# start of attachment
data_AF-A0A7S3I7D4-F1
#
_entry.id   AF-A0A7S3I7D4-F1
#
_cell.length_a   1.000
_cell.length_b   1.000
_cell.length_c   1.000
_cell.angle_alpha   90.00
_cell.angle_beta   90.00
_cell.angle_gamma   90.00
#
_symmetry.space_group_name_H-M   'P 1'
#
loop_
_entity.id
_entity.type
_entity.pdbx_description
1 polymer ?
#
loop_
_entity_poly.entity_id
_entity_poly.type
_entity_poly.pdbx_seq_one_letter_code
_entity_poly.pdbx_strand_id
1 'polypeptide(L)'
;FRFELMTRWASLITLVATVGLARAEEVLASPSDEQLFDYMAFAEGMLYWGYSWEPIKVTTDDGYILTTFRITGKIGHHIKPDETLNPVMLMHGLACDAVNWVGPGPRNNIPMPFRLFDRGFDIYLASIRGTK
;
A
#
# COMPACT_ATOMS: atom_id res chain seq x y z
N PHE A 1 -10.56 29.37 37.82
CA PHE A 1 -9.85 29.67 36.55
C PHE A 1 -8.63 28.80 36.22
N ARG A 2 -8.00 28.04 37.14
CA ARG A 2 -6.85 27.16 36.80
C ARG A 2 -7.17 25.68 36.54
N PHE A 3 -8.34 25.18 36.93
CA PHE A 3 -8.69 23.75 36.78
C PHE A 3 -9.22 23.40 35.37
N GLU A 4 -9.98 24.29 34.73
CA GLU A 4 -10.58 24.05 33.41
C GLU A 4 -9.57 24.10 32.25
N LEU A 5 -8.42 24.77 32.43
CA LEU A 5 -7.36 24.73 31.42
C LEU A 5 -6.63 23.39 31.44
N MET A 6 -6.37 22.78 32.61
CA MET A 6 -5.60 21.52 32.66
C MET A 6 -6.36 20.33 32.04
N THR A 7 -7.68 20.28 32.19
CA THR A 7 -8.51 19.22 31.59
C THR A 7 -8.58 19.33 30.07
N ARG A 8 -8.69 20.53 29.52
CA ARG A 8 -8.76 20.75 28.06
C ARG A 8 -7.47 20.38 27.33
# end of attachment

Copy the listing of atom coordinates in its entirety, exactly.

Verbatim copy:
data_AF-A0A7S3I7D4-F1
#
_entry.id   AF-A0A7S3I7D4-F1
#
_cell.length_a   1.000
_cell.length_b   1.000
_cell.length_c   1.000
_cell.angle_alpha   90.00
_cell.angle_beta   90.00
_cell.angle_gamma   90.00
#
_symmetry.space_group_name_H-M   'P 1'
#
loop_
_entity.id
_entity.type
_entity.pdbx_description
1 polymer ?
#
loop_
_entity_poly.entity_id
_entity_poly.type
_entity_poly.pdbx_seq_one_letter_code
_entity_poly.pdbx_strand_id
1 'polypeptide(L)'
;FRFELMTRWASLITLVATVGLARAEEVLASPSDEQLFDYMAFAEGMLYWGYSWEPIKVTTDDGYILTTFRITGKIGHHIKPDETLNPVMLMHGLACDAVNWVGPGPRNNIPMPFRLFDRGFDIYLASIRGTK
;
A
#
# COMPACT_ATOMS: atom_id res chain seq x y z
N PHE A 1 -10.56 29.37 37.82
CA PHE A 1 -9.85 29.67 36.55
C PHE A 1 -8.63 28.80 36.22
N ARG A 2 -8.00 28.04 37.14
CA ARG A 2 -6.85 27.16 36.80
C ARG A 2 -7.17 25.68 36.54
N PHE A 3 -8.34 25.18 36.93
CA PHE A 3 -8.69 23.75 36.78
C PHE A 3 -9.22 23.40 35.37
N GLU A 4 -9.98 24.29 34.73
CA GLU A 4 -10.58 24.05 33.41
C GLU A 4 -9.57 24.10 32.25
N LEU A 5 -8.42 24.77 32.43
CA LEU A 5 -7.36 24.73 31.42
C LEU A 5 -6.63 23.39 31.44
N MET A 6 -6.37 22.78 32.61
CA MET A 6 -5.60 21.52 32.66
C MET A 6 -6.36 20.33 32.04
N THR A 7 -7.68 20.28 32.19
CA THR A 7 -8.51 19.22 31.59
C THR A 7 -8.58 19.33 30.07
N ARG A 8 -8.69 20.53 29.52
CA ARG A 8 -8.76 20.75 28.06
C ARG A 8 -7.47 20.38 27.33